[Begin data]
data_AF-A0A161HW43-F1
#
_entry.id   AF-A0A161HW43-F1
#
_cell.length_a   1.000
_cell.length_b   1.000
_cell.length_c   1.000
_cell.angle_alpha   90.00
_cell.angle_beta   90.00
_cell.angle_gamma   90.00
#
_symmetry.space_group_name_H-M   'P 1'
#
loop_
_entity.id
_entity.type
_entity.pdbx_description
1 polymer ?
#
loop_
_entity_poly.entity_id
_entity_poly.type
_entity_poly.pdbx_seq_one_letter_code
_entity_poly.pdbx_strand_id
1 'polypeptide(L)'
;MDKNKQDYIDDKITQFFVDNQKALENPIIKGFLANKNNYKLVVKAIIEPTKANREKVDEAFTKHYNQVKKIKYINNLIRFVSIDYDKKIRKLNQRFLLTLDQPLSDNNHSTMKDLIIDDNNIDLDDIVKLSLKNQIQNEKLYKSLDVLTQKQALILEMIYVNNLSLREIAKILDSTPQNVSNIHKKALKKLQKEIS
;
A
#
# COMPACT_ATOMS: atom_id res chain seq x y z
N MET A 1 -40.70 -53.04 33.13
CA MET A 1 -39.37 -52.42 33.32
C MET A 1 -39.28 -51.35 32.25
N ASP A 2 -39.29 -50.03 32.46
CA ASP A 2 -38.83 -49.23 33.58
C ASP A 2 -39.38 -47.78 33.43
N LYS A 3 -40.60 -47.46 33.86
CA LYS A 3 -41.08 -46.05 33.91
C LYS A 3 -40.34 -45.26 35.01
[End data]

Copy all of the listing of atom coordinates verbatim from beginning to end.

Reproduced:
data_AF-A0A161HW43-F1
#
_entry.id   AF-A0A161HW43-F1
#
_cell.length_a   1.000
_cell.length_b   1.000
_cell.length_c   1.000
_cell.angle_alpha   90.00
_cell.angle_beta   90.00
_cell.angle_gamma   90.00
#
_symmetry.space_group_name_H-M   'P 1'
#
loop_
_entity.id
_entity.type
_entity.pdbx_description
1 polymer ?
#
loop_
_entity_poly.entity_id
_entity_poly.type
_entity_poly.pdbx_seq_one_letter_code
_entity_poly.pdbx_strand_id
1 'polypeptide(L)'
;MDKNKQDYIDDKITQFFVDNQKALENPIIKGFLANKNNYKLVVKAIIEPTKANREKVDEAFTKHYNQVKKIKYINNLIRFVSIDYDKKIRKLNQRFLLTLDQPLSDNNHSTMKDLIIDDNNIDLDDIVKLSLKNQIQNEKLYKSLDVLTQKQALILEMIYVNNLSLREIAKILDSTPQNVSNIHKKALKKLQKEIS
;
A
#
# COMPACT_ATOMS: atom_id res chain seq x y z
N MET A 1 -40.70 -53.04 33.13
CA MET A 1 -39.37 -52.42 33.32
C MET A 1 -39.28 -51.35 32.25
N ASP A 2 -39.29 -50.03 32.46
CA ASP A 2 -38.83 -49.23 33.58
C ASP A 2 -39.38 -47.78 33.43
N LYS A 3 -40.60 -47.46 33.86
CA LYS A 3 -41.08 -46.05 33.91
C LYS A 3 -40.34 -45.26 35.01